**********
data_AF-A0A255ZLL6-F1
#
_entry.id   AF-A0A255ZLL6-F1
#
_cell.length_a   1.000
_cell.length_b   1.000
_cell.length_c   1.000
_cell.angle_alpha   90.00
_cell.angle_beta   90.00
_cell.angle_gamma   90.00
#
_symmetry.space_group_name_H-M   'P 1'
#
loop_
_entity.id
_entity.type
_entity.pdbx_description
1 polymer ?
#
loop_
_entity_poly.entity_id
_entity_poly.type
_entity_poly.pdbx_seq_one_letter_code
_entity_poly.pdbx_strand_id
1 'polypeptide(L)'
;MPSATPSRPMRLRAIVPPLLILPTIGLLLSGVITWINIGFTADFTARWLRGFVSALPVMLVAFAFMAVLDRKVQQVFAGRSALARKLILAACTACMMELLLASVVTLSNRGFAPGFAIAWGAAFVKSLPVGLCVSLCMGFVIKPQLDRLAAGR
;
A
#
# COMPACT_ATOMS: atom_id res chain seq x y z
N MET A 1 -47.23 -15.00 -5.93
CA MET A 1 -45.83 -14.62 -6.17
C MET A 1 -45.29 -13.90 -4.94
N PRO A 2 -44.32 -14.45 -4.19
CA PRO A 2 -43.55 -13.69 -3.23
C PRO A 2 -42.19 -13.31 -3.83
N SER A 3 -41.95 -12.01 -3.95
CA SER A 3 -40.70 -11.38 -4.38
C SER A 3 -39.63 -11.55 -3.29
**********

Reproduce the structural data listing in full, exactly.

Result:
data_AF-A0A255ZLL6-F1
#
_entry.id   AF-A0A255ZLL6-F1
#
_cell.length_a   1.000
_cell.length_b   1.000
_cell.length_c   1.000
_cell.angle_alpha   90.00
_cell.angle_beta   90.00
_cell.angle_gamma   90.00
#
_symmetry.space_group_name_H-M   'P 1'
#
loop_
_entity.id
_entity.type
_entity.pdbx_description
1 polymer ?
#
loop_
_entity_poly.entity_id
_entity_poly.type
_entity_poly.pdbx_seq_one_letter_code
_entity_poly.pdbx_strand_id
1 'polypeptide(L)'
;MPSATPSRPMRLRAIVPPLLILPTIGLLLSGVITWINIGFTADFTARWLRGFVSALPVMLVAFAFMAVLDRKVQQVFAGRSALARKLILAACTACMMELLLASVVTLSNRGFAPGFAIAWGAAFVKSLPVGLCVSLCMGFVIKPQLDRLAAGR
;
A
#
# COMPACT_ATOMS: atom_id res chain seq x y z
N MET A 1 -47.23 -15.00 -5.93
CA MET A 1 -45.83 -14.62 -6.17
C MET A 1 -45.29 -13.90 -4.94
N PRO A 2 -44.32 -14.45 -4.19
CA PRO A 2 -43.55 -13.69 -3.23
C PRO A 2 -42.19 -13.31 -3.83
N SER A 3 -41.95 -12.01 -3.95
CA SER A 3 -40.70 -11.38 -4.38
C SER A 3 -39.63 -11.55 -3.29